But the less you play, the more you have to do in the minutes you get to get a high grade, and Dot simply hasn’t cleared that bar. He’s almost exactly league average from deep (although he’s probably made more tough 3’s than anyone still on this team).
His defense has improved, but is almost comically dependent on whether he plays with his draft-mate, Frank Ntilikina. Via Cleaning the Glass:
Knicks defensive rating, Dotson & Frank on court: 101.7 in 485 possessions
Knicks defensive rating, Dotson on court, Frank off: 116.1 in 944 possessions
In other news: play this duo more, you idiots.
Speaking of my favorite pairing…
Frank Ntilikina - C-
I can’t give a player with a .444 eFG% - more than eight percent below league average - a grade higher than this, no matter how much I love him.
He’s the fourth highest Knick (after Mitch, Julius and Elf) in on/off differential that’s been part of the rotation all year, and the one responsible for the greatest defensive improvement - 3.2 fewer points per 100 possessions, even stingier than Mitch.
Despite his modest averages, the Knicks are better at pretty much everything when he plays. There’s not really any disputing that at this point.
But there’s also no disputing those modest averages. Frank Stans push back on those fans who delight in posting how little he fills up the box score, but those numbers are real.
Sure, there is a value in unselfishness, perhaps more so on this team than any other, but the Knicks have the second worst offensive rating and third lowest effective field goal percentage in the entire league, and he is not helping either of those numbers.
RJ Barrett - C-
This is not a knock on RJ’s rookie season. I repeat: This is NOT a knock on RJ’s rookie season.
Rookies are supposed to be bad. Very, very rarely do first-year players who have as high a usage rate as RJ (22.7 - fourth among rookies that are averaging over 15 minutes a game) help their teams in any discernible way. It just looks bad this year when the two guys who happened to get picked ahead of him are killing it so thoroughly.
RJ’s true shooting percentage (which encompasses field goal percentage, 3-pt percentage and FT percentage) is 46.6 - worse than Frank. It’s also more than 10 points below Morant and 15 below Zion. Again, is it fair to compare? No. But does it justify this grade? Absolutely.
His defense has been better than expected, but his early playmaking responsibilities have been scaled back significantly under Mike Miller. His 17.9 assist percentage under David Fizdale has been more than cut in half under his new coach.
One more time: not really his fault. But if we’re grading how helpful he’s been, it counts, as does the fact that his on/off differential on Cleaning the Glass is minus 7.3, among the lowest on the team.
Wayne Ellington - C-
Like Dot, it feels wrong to put him here.
His 3-pt percentage has rebounded somewhat to nearly 35 percent, and his overall defensive metrics are outstanding, although in a limited sample size that is probably too noisy to take much from.
I still wonder what might have been if he’d played consistent minutes all season long.
Kevin Knox - D+
His per 36 averages are roughly the same as last year - fewer points, a few more dimes - but his shooting numbers are down across the board. His on/off differential is negative (-3.4) but not anywhere near the seventh-circle-of-hell levels they were a year ago.
The Knicks have actually defended at a stingier rate when he plays - not a complete misnomer, as for every glaring blow by, he has another few steady if unspectacular moments where at least he isn’t a negative. The occasional block and steal have been nice, and further evince the fact that he should be playing the four a great deal more than he is.
But he is not a helpful NBA player, not yet…not even close. If some of the shots start falling, that could turn around in a hurry, because there’s a world where he’s a stretch four next season and more than holds his own on defense in that capacity.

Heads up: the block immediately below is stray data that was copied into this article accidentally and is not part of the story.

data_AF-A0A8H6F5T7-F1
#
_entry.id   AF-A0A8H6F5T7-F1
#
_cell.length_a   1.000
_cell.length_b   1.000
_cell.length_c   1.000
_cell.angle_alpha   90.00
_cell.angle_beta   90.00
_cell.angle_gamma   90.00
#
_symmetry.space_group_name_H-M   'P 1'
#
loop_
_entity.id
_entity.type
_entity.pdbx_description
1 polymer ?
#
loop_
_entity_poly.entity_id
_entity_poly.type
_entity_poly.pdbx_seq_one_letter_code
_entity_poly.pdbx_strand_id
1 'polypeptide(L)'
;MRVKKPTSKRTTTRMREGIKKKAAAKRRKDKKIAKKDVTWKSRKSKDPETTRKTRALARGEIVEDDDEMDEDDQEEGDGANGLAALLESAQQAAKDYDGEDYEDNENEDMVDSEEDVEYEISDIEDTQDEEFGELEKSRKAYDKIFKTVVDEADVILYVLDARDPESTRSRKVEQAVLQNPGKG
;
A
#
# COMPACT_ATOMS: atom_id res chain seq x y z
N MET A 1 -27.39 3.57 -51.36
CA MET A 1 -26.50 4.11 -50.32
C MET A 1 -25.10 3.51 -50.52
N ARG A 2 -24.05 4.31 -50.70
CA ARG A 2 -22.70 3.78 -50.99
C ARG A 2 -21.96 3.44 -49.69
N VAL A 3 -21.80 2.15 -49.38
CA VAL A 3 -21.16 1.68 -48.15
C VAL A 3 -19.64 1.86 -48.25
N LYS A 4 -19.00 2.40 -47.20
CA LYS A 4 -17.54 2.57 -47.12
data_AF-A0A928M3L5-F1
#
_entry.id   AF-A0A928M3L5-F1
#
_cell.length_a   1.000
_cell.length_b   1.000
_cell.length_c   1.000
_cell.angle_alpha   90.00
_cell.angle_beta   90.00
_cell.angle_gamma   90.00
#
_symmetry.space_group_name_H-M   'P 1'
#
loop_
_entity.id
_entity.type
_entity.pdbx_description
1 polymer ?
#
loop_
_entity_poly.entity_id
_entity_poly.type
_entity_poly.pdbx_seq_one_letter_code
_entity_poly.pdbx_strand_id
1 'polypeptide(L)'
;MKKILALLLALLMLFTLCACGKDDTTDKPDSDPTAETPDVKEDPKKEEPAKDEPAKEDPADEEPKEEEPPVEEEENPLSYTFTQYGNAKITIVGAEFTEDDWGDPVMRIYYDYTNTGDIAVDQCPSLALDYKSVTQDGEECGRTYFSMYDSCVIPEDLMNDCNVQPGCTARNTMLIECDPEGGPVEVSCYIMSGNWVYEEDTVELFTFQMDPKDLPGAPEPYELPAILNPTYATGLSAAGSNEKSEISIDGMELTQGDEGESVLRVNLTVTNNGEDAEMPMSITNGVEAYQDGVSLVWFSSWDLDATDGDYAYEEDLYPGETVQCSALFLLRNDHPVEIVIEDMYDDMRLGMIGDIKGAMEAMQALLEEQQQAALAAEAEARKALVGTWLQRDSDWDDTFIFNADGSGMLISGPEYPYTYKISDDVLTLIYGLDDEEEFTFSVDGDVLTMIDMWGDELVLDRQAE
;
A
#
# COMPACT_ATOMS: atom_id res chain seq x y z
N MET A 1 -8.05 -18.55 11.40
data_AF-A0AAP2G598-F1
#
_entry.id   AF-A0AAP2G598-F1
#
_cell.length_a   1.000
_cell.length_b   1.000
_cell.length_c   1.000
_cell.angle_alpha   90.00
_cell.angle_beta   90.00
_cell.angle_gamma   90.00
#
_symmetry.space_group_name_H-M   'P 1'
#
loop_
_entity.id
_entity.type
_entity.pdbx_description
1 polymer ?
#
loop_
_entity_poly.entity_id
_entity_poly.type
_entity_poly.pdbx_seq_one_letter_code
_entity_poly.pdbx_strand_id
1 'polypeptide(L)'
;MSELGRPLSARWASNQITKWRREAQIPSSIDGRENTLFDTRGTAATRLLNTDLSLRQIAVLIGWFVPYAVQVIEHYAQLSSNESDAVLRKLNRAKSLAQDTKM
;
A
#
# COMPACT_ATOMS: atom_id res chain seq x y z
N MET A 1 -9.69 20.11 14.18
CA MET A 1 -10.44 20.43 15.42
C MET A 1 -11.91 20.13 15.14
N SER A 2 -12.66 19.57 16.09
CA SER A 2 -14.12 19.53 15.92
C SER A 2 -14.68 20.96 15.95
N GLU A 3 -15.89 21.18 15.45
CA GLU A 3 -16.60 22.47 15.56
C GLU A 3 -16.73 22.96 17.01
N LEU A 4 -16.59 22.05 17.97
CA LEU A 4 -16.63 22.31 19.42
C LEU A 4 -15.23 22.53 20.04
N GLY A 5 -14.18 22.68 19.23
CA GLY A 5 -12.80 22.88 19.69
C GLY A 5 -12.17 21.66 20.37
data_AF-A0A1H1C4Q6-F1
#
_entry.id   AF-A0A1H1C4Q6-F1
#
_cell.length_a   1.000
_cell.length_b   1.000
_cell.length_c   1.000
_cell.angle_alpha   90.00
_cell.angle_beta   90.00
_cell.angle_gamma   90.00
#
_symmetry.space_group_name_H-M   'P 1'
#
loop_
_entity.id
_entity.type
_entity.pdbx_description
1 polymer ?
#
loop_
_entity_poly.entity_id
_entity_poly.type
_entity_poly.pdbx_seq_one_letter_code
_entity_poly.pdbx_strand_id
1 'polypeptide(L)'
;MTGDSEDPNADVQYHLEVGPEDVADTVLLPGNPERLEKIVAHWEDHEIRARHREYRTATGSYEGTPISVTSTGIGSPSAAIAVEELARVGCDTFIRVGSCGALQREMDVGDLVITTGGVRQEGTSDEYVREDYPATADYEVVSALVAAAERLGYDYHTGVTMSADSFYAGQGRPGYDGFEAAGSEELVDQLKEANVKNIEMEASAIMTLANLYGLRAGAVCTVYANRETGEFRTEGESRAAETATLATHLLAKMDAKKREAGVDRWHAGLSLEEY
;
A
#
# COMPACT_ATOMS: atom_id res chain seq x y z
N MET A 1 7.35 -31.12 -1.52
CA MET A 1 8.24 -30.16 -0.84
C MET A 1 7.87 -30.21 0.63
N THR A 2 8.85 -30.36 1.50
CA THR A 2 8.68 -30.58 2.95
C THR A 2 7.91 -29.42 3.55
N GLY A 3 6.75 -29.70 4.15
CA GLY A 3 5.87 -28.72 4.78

I’m not giving up yet.
Reggie Bullock - C-
Has only played in 21 games and is only hitting one out of every three from deep. The on/off numbers are solid though, and I look forward to him being a valuable contributor on next year’s team as well.
Bobby Portis - D
This is probably being too kind. I do have eyes, after all.
But his effective field goal percentage is actually a hundredth of a point higher than Julius Randle. His offense has won them a few games, and like Taj, it’s not his fault that he’s essentially a man without a position on this team.
That said, it would make me very happy if the Bobby Portis Experience ended in 27 games.
Dennis Smith Jr. - F
Let’s start here:
325 NBA players are averaging at least 15 minutes per game this year. Two have an effective field goal percentage lower than DSJ’s 38.7.
His on/off differential of minus 12.8 is in the fifth percentile league-wide according to Cleaning the Glass.
His turnover ratio of 15.4 is highest in the league among the 166 guards who have played at least 15 games and 15 minutes per outing.
In short, he is about as actively detrimental to winning as an NBA player can be. That his demeanor evokes someone who is inconvenienced by the mere fact that he has to be playing at all doesn’t help.
That’s it. Sorry if your favorite player got dinged. Extra credit assignments will be available after the break.
No games for a while, but I did want to quickly highlight a cool feature for all my PredictionStrikers that want to make a pre-ASG investment:
If you go to PredictionStrike (remember, use code KFS for new sign-ups), go to the NBA lobby, and sort price from lowest to highest. It’ll give you all the players who are trending up from recent games but you can still buy at a cheap price.
Some names I like:
Malik Monk: The Hornets are out of it and have no reason not to give him time.
Cam Reddish: Should be getting more comfortable by the day now that he’s back from injury.
Coby White: Ditto, minus the injury part (although the Bulls’ other injuries should help him get more time)
Matisse Thybulle: Just because he is awesome.
Chris Iseman and I chatted for an entertaining 40 minutes. Check it out.
I’m taking a few days off for the break to catch my breath and enjoy the Florida sun with my family. Next newsletter will be on Thursday. See everyone then!